Round-up of news stories from across the EU
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EU: Europe's Top Cop Fears Blowback From ISIS 'Squeeze' (ABC News, link):
"As military pressure on ISIS ramps up, foreign fighters who travelled to Syria and Iraq in recent years could return home to Western Europe and pose a domestic threat, the continents top law enforcement official said in an interview on Wednesday.
Europol Director Rob Wainwright welcomed the progress made by the U.S.-led coalition against the terror group and predicted its eventual downfall, but told ABC News that Western European nations are challenged with the task of tracking returning foreign fighters and neutralizing any threat they may present."
Facebook Said to Create Censorship Tool to Get Back Into China (New York Times, link):
"SAN FRANCISCO Mark Zuckerberg, Facebooks chief executive, has cultivated relationships with Chinas leaders, including President Xi Jinping. He has paid multiple visits to the country to meet its top internet executives. He has made an effort to learn Mandarin.
Inside Facebook, the work to enter China runs far deeper.
The social network has quietly developed software to suppress posts from appearing in peoples news feeds in specific geographic areas, according to three current and former Facebook employees, who asked for anonymity because the tool is confidential. The feature was created to help Facebook get into China, a market where the social network has been blocked, these people said. Mr. Zuckerberg has supported and defended the effort, the people added."
NETHERLANDS: Dutch police use augmented reality to investigate crime scenes (New Scientist, link):
"Youre the first police officer to arrive at the scene: a suspected ecstasy lab. Theres drug paraphernalia everywhere, but which piece of evidence could be most helpful for your investigation? Then, a massive virtual arrow appears, pointing out a bottle of chemicals, accompanied by a note saying: Bag this please.
Dutch police are trialling an augmented reality (AR) system that streams video from body cameras worn by officers to experts elsewhere. These experts can then guide the officers by annotating the scene virtually with notes that the officers can see on a smartphone or head-mounted device like Google Glass.
We now have good enough software and hardware to use augmented reality at crime scenes, says Dragos Datcu, principal researcher at AR company Twnkls in Rotterdam, the Netherlands."
UK: British ISPs could be forced to block porn sites that flout age checks (Ars Technica, link):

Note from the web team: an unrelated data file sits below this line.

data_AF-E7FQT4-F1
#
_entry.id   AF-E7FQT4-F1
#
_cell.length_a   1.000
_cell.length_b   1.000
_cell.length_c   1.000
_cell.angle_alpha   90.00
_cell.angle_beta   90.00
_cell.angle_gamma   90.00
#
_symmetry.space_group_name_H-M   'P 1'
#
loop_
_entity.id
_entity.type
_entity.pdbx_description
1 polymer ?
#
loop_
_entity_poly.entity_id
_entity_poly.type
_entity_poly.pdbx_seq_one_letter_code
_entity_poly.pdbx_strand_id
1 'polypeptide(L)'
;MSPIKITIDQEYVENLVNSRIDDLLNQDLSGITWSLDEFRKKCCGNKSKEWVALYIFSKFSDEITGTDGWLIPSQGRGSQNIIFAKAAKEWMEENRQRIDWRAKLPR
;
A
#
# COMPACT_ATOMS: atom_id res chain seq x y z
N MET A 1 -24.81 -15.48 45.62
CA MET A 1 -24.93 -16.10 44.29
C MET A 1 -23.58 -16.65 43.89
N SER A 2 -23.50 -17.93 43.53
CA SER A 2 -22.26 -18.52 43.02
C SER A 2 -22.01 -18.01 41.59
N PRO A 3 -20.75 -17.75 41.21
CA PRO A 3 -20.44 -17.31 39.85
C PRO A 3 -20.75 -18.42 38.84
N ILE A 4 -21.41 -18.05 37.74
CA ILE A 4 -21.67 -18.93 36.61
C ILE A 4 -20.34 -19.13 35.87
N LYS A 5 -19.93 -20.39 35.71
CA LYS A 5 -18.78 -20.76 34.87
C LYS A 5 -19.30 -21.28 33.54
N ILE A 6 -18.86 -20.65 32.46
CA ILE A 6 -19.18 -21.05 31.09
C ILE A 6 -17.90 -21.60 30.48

"Telcos could be forced to block porn sites if a stealth government amendment to the draft Digital Economy Bill is waved through by parliamentarians.
The report stage and third reading of the proposed legislation, which seeks to regulate a hunk of areas from Internet infrastructure to intellectual property, will be debated by MPs next Monday (November 28). Age verification for access to online porn also forms part of the government's shopping list. Brits wanting to access fruity material via websites or apps will be subjected to checks to confirm that they are aged 18 or over.
...However, the governmentin what lobby group the Internet Service Providers' Association (ISPA) has described as a "significant policy shift"is now saying that it wants ISPs to act when online smut peddlers fail to use age checking mechanisms on their sites."
UK: Met officer may face charges over Jermaine Baker shooting death (The Guardian, link):
"The Metropolitan police officer who fatally shot Jermaine Baker may face criminal charges following an investigation by the independent police watchdog.
The Independent Police Complaints Commission has referred the matter to the Crown Prosecution Service after uncovering evidence that could point toward a criminal offence.
Baker, 28, from Tottenham, died in 2015 as the result of a single gunshot wound sustained during a Met operation in Bracknell Close, Wood Green.
He was killed as armed police swooped and foiled an attempt to free Izzet Eren as he was being transported from Wormwood Scrubs prison to Wood Green crown court on 11 December."
UK: UNDERCOVER POLICING: Police continue to work with Undercover Policing Inquiry but must maintain anonymity of officers (NPCC, link):
"In order to protect officers and their families while also ensuring we can continue to recruit people for this extremely sensitive and dangerous role, the police services has to protect the operational principle that identities can not be officially confirmed or denied.
Undercover officers are recruited with the clear expectation that the law enforcement agency they are working for will protect their identity during deployment and afterwards, including into their retirement and even after their death. We owe them and their families protection from further harm that could be caused by revealing their identities. This means that wherever possible we will take a strong stance of not confirming or denying operational details that could identify officers or put them at risk of harm." (emphasis added)
USA: Obama Advisers Urge Action Against CRISPR Bioterror Threat (MIT Technology Review, link):
"Scientific advisers to President Obama warn that the U.S. urgently needs a new biodefense strategy and should regularly brief President-elect Donald Trump on the dangers posed by new technologies like CRISPR, gene therapy, and synthetic DNA, which they say could be coöpted by terrorists.
In a letter to the president, the Presidents Council of Advisors on Science and Technology (PCAST) urges the creation of a new entity charged with developing a national biodefense strategy within six months. Such a strategy was developed in 2009, but it's carried out by several government agencies in an uncoördinated approach, says Piers Millet, a bioterror expert at the Wilson Center in Washington, D.C."
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